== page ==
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HANOI-Meeting with Prince Sihanouk

 HANOI Meeting with Prince Sihanouk Harish Chandola PRINCE NORODOM Sihanouk has just returned to Hanoi from his first visit to the liberated areas of his country. Ninety per cent of Cam- Ixnlia is now firmly in the hands of the government of which he is the head of state (the Royal Government of National Union of Cambodia), and the remaining ten per cent is largely controlled by the guerillas of the National United Front. Phnom Penh, the seat of General Lon Nol's regime, is now a besieged city, cut off from the country and the people, totally dependent on US air supply.

VIETNAM JOURNAL- New Position of Women

VIETNAM JOURNAL New Position of Women Harish Chandola I CANNOT help finding reflections of the present-day life in my country in the not so distant past of North Vietnam, For instance, when members of the Vietnam Women's Union (VWU) tell me that, before the Vietnamese revolution, the birth of a baby-girl was received coldly by the father because she could not continue the lineage and perpetuate the family heritage. Or when people in the village tell me of the old folksong, sung as a lullaby by mothers with their baby-daughters in their arms:

VIETNAM JOURNAL- Development of Agriculture

April 7, 1973 ever, two important differences in the situation which have to be taken into account. For one thing, China was rather a passive actor in the nineteenth century developments. It had little option hut to watch helplessly the various moves and counter-moves in and about Tibet. All that China succeeded in doing was that Britain did hot recognise Tibet as an independent sovereign state. The British did concede Chinese suzerainty over Tibet. One does not know whether this typical Anglo-Saxon exercise of distinguishing between sovereignty and suzerainty made any sense to the Chinese. The Chinese, in any case, seemed to have ignored it and continued claiming full sovereignty over Tibet. Secondly, the two powers between which Tibet was a buffer were great imperial powers, Russia and Britain. China, on the other hand, was a weak power. The imperial dynasty of China was already in its death throes. The picture would have been radically different if a strong central authority had existed in China.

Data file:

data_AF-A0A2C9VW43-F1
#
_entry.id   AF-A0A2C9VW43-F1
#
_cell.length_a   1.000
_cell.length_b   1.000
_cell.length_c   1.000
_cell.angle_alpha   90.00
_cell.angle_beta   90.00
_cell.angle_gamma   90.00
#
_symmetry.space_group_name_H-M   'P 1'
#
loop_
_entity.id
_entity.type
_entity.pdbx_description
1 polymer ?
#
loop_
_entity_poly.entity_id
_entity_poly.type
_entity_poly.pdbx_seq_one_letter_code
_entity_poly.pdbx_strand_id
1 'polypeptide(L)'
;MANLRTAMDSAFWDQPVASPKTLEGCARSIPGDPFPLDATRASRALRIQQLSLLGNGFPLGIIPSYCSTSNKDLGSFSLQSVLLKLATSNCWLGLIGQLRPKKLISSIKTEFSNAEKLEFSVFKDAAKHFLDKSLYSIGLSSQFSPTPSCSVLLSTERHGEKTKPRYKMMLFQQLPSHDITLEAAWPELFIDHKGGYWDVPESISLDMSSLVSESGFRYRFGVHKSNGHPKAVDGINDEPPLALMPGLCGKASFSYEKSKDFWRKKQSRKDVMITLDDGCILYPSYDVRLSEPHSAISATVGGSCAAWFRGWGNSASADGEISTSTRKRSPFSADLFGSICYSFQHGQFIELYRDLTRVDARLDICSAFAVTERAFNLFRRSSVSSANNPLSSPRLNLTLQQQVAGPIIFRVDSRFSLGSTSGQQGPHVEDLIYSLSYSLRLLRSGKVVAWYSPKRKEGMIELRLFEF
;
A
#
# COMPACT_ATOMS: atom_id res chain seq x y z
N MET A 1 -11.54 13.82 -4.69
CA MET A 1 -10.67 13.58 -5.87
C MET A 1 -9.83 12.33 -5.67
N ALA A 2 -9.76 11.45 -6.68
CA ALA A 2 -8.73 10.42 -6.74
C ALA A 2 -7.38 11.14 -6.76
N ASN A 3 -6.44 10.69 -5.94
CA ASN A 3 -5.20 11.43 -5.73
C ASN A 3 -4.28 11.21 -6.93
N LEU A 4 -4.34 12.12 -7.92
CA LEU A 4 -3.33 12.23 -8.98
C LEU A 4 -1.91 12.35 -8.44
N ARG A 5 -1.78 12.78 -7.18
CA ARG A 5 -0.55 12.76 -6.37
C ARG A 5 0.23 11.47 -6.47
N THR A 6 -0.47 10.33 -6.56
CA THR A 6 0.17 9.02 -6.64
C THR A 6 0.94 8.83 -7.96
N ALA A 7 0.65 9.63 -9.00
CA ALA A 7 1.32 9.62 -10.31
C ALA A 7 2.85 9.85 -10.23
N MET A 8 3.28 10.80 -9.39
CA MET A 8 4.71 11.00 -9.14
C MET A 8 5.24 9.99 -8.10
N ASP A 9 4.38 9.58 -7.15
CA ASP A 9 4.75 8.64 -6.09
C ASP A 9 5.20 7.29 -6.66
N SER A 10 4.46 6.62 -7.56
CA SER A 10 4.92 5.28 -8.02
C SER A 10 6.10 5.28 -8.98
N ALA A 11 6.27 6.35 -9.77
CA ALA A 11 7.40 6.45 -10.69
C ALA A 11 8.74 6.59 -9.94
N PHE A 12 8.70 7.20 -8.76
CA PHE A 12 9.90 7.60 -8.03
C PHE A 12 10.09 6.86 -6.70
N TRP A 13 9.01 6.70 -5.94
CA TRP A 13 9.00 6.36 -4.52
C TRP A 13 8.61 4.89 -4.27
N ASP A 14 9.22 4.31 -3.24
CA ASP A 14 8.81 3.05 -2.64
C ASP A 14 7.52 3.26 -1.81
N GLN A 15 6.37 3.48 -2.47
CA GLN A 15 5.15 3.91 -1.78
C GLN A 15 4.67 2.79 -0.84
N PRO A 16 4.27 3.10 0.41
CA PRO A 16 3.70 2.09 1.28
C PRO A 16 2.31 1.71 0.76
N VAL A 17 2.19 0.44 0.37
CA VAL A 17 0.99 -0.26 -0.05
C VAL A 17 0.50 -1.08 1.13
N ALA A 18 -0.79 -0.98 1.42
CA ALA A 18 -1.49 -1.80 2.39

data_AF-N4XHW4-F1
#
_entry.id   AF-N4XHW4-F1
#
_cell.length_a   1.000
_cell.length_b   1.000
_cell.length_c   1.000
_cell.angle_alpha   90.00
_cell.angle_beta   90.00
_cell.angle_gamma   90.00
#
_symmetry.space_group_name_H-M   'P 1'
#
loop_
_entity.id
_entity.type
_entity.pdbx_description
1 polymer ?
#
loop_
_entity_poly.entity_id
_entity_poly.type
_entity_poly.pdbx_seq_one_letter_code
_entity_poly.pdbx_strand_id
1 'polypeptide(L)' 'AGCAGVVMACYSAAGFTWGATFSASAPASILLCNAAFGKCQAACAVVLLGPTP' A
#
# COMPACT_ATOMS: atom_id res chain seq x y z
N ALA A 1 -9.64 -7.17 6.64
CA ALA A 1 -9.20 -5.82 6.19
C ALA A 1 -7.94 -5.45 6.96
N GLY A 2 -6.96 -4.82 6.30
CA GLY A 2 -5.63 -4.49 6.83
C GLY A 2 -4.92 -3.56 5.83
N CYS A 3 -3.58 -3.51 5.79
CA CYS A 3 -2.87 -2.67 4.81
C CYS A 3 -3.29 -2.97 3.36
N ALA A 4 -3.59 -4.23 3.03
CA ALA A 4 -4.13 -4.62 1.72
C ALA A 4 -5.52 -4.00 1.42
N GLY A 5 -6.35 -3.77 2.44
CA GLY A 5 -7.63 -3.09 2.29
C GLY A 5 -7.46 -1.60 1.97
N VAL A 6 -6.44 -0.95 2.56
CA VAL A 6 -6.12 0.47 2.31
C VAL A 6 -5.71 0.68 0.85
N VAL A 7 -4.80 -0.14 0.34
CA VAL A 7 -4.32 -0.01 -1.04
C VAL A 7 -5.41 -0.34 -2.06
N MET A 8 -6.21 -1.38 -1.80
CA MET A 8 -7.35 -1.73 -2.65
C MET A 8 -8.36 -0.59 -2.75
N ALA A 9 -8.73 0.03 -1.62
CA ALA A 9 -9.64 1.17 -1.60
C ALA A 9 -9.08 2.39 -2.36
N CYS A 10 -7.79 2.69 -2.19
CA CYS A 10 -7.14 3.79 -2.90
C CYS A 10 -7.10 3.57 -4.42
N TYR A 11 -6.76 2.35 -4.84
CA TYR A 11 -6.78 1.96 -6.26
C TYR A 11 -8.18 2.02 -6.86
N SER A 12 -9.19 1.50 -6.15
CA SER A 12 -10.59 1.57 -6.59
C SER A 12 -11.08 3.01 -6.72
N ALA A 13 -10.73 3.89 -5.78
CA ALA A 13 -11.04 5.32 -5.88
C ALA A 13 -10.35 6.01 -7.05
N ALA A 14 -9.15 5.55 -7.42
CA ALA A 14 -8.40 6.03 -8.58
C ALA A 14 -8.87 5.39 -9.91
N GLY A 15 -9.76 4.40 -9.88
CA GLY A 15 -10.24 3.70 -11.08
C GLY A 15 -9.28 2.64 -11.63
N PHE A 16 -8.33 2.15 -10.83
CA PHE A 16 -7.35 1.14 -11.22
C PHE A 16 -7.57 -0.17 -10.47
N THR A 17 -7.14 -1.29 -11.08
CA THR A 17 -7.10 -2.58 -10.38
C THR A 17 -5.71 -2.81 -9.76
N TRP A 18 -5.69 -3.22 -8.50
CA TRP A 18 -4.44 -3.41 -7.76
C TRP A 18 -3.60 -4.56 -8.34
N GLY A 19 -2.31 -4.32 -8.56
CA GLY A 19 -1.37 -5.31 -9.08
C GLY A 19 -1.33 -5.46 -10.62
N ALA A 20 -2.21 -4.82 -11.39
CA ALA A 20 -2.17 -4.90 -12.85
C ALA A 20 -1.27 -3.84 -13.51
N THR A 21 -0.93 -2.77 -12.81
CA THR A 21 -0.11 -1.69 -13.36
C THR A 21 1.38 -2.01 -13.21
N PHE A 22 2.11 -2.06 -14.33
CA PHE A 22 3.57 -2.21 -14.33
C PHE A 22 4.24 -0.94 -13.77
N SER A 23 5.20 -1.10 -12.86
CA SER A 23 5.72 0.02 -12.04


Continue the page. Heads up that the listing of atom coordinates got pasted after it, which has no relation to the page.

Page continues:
VIETNAM JOURNAL-A New Society through Education

 cause it is so difficult to tell them from the villagers. After sproadic encounters all that can be seen are blond trails leading off into the jungles.

VIETNAM JOURNAL-The Modest Victors